Denver considers adding more money for affordable housing — but no promises

Housing advocates and some members of Denver City Council have pushed for months for the city to dedicate more money for affordable housing.

(Kevin J. Beaty/Denverite)

staff photo

Housing advocates and some members of Denver City Council have pushed for months for the city to dedicate more money for affordable housing. This week, they got a sign.

The city’s administration is currently working on an “in-depth analysis” of how the city might find new funding to develop and preserve affordable homes.

It’s not a commitment, but it will certainly influence the conversation about affordable housing moving forward.

The current plan:

Currently, the city has set aside about $15 million per year for the next decade toward its affordable housing fund. That money comes from a property tax and a fee on new construction.

With that money, the city could create or preserve about 3,000 affordable units over the next five years, according to a draft plan. The plan also calls for various other help for tens of thousands more households.

The largest share of the money will be focused on people with the lowest incomes, below 30 percent of the area median income.

What advocates are asking for:

One plan, put forward by the group All in Denver, wants the city to take on more debt to pay for more housing. One of its options would bring in $150 million without raising taxes, it claims. Another would raise property taxes to allow $300 million in new funding. The group said a half-mill increase — about $12 per year for the average homeowner — would do the trick, according to a city presentation.

Council President Albus Brooks also has said he wants to see more money in the fund. He has suggested that the city could refinance old debt, freeing up more room to take on new debt. But that plan could be affected by the new tax law, he said in a text message.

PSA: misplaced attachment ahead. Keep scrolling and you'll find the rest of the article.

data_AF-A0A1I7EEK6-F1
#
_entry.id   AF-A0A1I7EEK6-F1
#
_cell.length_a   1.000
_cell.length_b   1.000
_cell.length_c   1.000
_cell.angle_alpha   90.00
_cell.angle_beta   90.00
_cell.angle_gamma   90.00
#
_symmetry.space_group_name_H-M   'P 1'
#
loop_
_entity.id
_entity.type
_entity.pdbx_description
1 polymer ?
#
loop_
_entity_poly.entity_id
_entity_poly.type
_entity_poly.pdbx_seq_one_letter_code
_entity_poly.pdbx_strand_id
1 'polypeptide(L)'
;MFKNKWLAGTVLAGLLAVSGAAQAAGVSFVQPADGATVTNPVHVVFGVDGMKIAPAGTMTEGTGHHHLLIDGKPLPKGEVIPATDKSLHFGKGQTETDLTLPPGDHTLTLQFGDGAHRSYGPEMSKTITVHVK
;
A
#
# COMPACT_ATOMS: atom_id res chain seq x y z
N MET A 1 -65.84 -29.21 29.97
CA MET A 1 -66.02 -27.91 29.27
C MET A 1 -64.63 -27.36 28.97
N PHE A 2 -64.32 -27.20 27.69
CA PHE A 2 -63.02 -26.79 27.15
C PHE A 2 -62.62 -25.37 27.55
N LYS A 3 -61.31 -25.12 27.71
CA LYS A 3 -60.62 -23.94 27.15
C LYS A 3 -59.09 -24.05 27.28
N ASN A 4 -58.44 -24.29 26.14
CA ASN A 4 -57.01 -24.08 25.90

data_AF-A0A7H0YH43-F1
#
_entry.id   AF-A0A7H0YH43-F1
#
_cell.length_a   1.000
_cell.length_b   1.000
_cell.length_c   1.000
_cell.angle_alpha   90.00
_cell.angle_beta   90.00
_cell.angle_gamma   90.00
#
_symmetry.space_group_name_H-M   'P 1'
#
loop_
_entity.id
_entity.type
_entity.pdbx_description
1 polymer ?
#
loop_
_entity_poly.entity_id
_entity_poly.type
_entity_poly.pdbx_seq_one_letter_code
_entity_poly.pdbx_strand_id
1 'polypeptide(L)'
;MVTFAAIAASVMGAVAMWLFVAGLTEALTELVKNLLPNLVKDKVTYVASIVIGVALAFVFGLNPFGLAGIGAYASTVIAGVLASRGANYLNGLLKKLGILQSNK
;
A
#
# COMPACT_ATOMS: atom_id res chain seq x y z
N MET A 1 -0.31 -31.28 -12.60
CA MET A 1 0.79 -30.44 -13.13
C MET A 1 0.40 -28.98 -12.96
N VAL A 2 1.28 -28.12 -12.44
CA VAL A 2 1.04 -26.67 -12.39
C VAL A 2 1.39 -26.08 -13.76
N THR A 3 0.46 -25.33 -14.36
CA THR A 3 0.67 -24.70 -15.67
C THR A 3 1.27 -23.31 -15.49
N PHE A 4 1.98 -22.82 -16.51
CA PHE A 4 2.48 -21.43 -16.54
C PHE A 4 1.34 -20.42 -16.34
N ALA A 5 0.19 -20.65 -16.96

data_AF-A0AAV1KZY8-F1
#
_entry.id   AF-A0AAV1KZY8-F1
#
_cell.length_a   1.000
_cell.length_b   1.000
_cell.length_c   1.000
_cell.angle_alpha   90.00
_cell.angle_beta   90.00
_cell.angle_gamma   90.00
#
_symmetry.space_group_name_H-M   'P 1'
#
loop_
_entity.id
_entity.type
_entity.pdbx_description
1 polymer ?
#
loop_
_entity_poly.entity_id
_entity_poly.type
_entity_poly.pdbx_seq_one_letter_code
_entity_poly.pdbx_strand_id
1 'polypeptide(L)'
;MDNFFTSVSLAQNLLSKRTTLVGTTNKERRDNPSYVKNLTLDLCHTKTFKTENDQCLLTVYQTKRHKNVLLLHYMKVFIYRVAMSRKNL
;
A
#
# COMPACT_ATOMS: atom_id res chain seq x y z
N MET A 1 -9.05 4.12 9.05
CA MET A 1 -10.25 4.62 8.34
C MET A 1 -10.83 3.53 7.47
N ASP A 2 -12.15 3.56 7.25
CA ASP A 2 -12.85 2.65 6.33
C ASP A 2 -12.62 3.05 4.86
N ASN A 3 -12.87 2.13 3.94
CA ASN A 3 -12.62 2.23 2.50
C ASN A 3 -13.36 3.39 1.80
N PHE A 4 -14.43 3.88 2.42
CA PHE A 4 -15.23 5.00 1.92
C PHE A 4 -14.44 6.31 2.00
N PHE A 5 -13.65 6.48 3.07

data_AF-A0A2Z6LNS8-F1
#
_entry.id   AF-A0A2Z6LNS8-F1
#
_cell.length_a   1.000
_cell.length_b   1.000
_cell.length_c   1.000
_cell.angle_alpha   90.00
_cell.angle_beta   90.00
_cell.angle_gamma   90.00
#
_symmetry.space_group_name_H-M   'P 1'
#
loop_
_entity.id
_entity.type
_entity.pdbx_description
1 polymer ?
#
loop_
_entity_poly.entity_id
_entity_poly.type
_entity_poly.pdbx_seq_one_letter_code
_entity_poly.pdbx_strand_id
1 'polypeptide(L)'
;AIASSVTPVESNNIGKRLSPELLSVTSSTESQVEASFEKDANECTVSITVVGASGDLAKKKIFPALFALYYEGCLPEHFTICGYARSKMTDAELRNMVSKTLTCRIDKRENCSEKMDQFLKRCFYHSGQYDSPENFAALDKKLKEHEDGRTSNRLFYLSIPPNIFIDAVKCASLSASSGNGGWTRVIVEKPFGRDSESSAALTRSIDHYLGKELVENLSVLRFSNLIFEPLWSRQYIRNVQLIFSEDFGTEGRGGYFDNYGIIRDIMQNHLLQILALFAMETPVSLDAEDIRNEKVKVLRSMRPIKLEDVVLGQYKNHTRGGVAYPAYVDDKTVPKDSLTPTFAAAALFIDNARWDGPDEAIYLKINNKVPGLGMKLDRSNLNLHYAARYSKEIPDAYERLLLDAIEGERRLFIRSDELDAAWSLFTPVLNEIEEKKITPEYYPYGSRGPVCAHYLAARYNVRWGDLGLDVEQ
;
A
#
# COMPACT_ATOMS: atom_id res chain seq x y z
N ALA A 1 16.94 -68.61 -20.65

“I hope we can still pull it off, but waiting to hear from analysts,” he wrote last week.

How the city has responded:

The latest draft of the five-year housing plan says that the city is looking seriously at the option of taking on new bonds, and other options.

“The analysis will include the current pay-as-you-go funding resource compared to issuing bonds utilizing varying mill rates and issuance schedules,” it states. Agencies including the finance department and the city attorney’s office are conducting the analysis.

The analysis also will look at how any new debt would affect the city’s credit ratings and the taxpayer burden. That should be done sometime in the second quarter of the year, which starts in March.

In fact, city staff have been analyzing those options as far back as November, and it’s a topic they’ve discussed with the Housing Advisory Committee.

The administration is “committed to further exploring additional funding through thorough analysis” but has “not made any official commitments,” wrote spokeswoman Jenna Espinoza in an email to Denverite.

Previously, Mayor Michael Hancock warned council members that the city’s residents are cautious about new debt.

“Our people are tired of being nickel and dimed,” he said last month. The recent $1 billion bond package might not have passed if it had required higher taxes, he said.

“That’s the reality that we’re dealing with,” he added.

What’s next?

You can view the latest version of the housing report here. It passed the council’s housing committee this week on a 6-1 vote, with Councilman Rafael Espinoza opposing.

The five-year plan heads to Denver City Council on Feb. 20, a Tuesday, when the public will be allowed to comment during a one-hour public hearing.

We may see a push for more specificity in the plan’s goals. “There was a lot of language about ‘explore, investigate, research’, and council wanted to see more language about ‘doing,'” said Councilwoman At-large Robin Kniech during a committee meeting on Thursday.

Bennie Milliner, a longtime administration member who previously headed Denver’s Road Home, said that the “council was clear that they need to see more urgency.”